We were led to a big room with many long tables and realized that we would be dining with other groups from other tour agencies. The emcee who was the chief of the Maori performing group briefed us of what was going to happen and the arrangement of the dining process. Each table would be cued to take food from the buffet table in an orderly manner so as to ensure that everyone has taken at least one round. Then it would be free and easy. We had rewena bread, a kind of traditional Maori bread, with some sauce as starter. One thing off our to-eat list. Yay! The bread was unique and so were the sauces that went with it. The buffet spread was great too with corns, pumpkins, sweet potato, potato, fish, the Hangi pork (a traditional Maori method of cooking pork using heated rocks buried in a pit oven), roast lamb, steamed pudding, pavlova and so on. I love the fish in particular. After that, SWT and I shared the steamed pudding and pavlova which were another two items from the must-eat list. Finally I know what pavlova taste like and look like. Ended dinner with some tea and then the Maori concert started.

It was really entertaining and we got to know more about the Maori culture. I like the various Poi dance in particular and love the songs and music. The Maori people can sing really well or perhaps because they are performers, I wouldn’t know. After the concert ended, we were given time to take photos with the performers. Since it was still early, we popped over to the Pak’nSave again. Before the trip, we did a bit of research on the hotels that we will be staying in the South Island and it seems that big supermarkets are scarce. So we thought perhaps we should do a little bit of shopping in case we can’t do so over the next few days. For the last few trips, I would usually get a big bottle of fruit juice to drink in the room to aid in digestion. As we still need to take domestic flight to the South Island, I was contemplating if I should. After confirming with Cynthia earlier on that I can put big bottle of liquid in my check-in luggage, I decided to get a bottle of 3-liter orange juice. At the same time, I also bought two packets of the yogurt powder. After we were done, we returned to our hotel for the night.

Thoughts: Personally I feel that the activities should be more spread out to occupy the whole day so that we can have more time per place. For instance, I would like to spend more time exploring the Agrodome Farm. Though I know that Cynthia was trying to rush us for the 11am show so that we can have better view, I feel that after the show, we should be given time to check out other parts of the farm. I’m pretty sure there are more things to see than just the show and nursery. Plus, I was hoping to have time to check out the woolen products available at the shop in the farm. As for Rainbow Springs, it was the same. I am damn sure there are more things to see than what we were shown. And also it would be nice to have more time to browse the shop even though I was probably not going to spend any money there.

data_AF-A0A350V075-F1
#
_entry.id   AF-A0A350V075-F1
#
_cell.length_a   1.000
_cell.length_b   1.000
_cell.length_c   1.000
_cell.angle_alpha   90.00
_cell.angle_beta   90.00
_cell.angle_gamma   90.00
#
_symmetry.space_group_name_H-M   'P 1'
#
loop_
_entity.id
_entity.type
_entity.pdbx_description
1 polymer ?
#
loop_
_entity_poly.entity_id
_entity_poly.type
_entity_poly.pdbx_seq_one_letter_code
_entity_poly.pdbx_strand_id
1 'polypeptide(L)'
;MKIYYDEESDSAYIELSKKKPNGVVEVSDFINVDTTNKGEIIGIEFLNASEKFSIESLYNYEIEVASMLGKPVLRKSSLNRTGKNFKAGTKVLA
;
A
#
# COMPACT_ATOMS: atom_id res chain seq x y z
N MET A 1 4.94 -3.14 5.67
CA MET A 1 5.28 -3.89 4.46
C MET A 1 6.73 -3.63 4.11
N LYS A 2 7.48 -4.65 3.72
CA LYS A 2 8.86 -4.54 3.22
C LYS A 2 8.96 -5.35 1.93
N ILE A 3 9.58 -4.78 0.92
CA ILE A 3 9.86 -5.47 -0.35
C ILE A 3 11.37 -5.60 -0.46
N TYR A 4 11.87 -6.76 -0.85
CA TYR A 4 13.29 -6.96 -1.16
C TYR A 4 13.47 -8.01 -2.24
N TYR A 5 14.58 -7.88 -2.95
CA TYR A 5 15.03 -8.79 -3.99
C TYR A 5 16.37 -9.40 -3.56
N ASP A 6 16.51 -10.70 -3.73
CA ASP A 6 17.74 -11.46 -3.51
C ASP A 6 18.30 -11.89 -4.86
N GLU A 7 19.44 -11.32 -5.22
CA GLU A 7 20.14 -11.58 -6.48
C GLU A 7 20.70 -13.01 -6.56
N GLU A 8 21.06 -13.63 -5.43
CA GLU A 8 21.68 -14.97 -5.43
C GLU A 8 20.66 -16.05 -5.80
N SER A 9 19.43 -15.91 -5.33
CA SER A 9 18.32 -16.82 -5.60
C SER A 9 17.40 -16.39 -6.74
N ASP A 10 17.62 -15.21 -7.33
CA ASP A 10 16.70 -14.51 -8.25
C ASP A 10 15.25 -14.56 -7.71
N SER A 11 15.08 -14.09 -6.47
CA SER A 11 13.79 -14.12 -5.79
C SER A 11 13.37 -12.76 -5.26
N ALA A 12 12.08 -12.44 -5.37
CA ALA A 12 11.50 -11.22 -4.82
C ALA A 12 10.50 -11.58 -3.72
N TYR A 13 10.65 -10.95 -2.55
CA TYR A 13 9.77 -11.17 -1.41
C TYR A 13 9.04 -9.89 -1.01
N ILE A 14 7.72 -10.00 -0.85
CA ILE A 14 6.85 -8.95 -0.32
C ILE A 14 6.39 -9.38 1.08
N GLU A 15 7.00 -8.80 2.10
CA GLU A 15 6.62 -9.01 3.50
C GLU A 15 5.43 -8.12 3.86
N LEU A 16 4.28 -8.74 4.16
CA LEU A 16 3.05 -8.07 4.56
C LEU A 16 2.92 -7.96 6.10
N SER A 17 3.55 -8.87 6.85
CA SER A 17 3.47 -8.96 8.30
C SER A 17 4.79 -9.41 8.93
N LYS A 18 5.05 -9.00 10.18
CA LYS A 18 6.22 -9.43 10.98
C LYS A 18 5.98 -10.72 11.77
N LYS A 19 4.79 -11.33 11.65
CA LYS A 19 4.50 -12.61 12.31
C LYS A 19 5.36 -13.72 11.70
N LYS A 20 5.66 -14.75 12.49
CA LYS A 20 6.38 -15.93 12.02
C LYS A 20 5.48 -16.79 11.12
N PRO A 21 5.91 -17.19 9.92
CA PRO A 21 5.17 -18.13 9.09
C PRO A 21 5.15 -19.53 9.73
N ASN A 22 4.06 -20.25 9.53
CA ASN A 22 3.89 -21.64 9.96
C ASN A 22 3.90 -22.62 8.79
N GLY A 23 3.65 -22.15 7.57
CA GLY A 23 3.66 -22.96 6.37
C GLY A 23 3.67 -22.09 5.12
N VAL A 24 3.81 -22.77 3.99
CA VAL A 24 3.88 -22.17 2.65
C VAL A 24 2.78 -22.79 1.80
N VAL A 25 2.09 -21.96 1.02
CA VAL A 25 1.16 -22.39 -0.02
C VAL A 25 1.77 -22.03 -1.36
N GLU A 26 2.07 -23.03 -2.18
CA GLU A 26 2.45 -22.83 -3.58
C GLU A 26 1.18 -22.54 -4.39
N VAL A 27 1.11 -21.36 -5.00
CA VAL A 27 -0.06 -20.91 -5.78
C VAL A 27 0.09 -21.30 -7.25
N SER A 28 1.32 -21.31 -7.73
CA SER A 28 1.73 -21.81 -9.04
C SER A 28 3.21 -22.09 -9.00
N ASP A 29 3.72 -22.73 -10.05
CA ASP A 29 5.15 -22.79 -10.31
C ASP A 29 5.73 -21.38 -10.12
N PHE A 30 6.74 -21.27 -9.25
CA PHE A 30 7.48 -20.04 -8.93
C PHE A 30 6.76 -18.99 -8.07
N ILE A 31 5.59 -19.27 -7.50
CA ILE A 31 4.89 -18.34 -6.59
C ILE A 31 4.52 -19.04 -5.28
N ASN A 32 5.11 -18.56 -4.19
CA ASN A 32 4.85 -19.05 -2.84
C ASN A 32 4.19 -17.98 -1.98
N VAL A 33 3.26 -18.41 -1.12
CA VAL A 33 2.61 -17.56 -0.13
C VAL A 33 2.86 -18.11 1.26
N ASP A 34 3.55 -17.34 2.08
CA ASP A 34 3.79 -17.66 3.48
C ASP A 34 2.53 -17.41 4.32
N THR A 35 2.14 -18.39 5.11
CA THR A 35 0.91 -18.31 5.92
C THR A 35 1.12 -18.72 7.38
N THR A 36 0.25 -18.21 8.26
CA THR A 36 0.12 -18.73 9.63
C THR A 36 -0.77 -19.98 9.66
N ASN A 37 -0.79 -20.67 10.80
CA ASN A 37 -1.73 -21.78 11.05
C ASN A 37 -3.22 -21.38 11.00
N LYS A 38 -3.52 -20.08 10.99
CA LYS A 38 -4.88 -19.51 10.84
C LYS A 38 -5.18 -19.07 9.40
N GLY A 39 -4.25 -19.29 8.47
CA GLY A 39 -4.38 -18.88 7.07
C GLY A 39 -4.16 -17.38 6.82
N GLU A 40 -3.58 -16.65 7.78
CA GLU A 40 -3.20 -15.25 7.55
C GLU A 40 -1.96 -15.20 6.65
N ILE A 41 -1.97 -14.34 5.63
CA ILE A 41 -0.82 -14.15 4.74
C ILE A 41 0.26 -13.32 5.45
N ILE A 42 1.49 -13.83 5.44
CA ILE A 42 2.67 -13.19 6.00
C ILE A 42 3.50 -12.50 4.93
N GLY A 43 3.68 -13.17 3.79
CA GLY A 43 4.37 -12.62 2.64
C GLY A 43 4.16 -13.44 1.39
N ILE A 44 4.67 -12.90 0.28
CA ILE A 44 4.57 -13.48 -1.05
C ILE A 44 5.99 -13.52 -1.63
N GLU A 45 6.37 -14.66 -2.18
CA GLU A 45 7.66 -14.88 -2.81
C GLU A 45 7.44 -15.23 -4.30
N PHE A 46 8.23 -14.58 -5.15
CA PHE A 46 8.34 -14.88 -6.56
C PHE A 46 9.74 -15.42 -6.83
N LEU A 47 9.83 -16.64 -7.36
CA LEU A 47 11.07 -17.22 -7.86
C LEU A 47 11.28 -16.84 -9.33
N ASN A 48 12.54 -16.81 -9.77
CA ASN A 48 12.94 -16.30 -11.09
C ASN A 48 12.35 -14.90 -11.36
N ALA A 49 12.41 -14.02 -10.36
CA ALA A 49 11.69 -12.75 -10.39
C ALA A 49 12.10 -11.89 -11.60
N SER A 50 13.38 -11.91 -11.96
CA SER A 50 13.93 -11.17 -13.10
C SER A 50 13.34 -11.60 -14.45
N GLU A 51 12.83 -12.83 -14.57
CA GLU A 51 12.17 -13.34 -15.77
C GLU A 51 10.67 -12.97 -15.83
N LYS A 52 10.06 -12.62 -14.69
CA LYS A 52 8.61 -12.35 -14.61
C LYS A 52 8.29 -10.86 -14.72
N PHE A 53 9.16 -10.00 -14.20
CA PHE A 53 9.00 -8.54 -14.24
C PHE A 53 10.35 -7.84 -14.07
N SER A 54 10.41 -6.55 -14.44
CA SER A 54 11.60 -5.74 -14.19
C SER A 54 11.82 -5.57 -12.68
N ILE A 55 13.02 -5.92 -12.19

The Maori concert was really great and so was the dinner. Cynthia told us beforehand the way the Hangi feast is cooked and that because it uses sort of steaming method, the food might taste bland. However, I find the taste to my liking, no extra seasoning needed. 

Last few trips that I had was free and easy so I would stay in one location throughout and had to settle my own meals hence I would usually buy a big bottle of fruit juice to put in the room to aid in digestion. I had forgotten that I am now on a package tour and that breakfast is included. And breakfast will always come with fruit juices. Argh! Should have forgo buying that big bottle of orange juice and instead get more yogurt powder or the avocado oil.

And I just found out that I didn’t manage to record the sheep shearing demonstration. I thought I had set my mobile phone to recording mode, apparently I didn’t. Argh!

Some (fun) facts of NZ from the driver:
  • Manuka oil from the Manuka flower is also known as tee tree oil by the European.
  • Possums are considered as an obnoxious animal or a pest in NZ. As NZ has no predators, possum numbers grew rapidly and they pose serious threats to the native plants and species. As they are nocturnal animals, possums are active during the night and when face with an oncoming car, they will just stand frozen and get flatten by the car. Hence, we see a lot of roadkill while traveling on the road. As possums are a plenty, their fur is used to make into clothing and sometimes they are mixed with merino wool to make into clothing.
  • The purple and sometimes yellow plant called lupine is considered an obnoxious plant. It blooms during the summer time.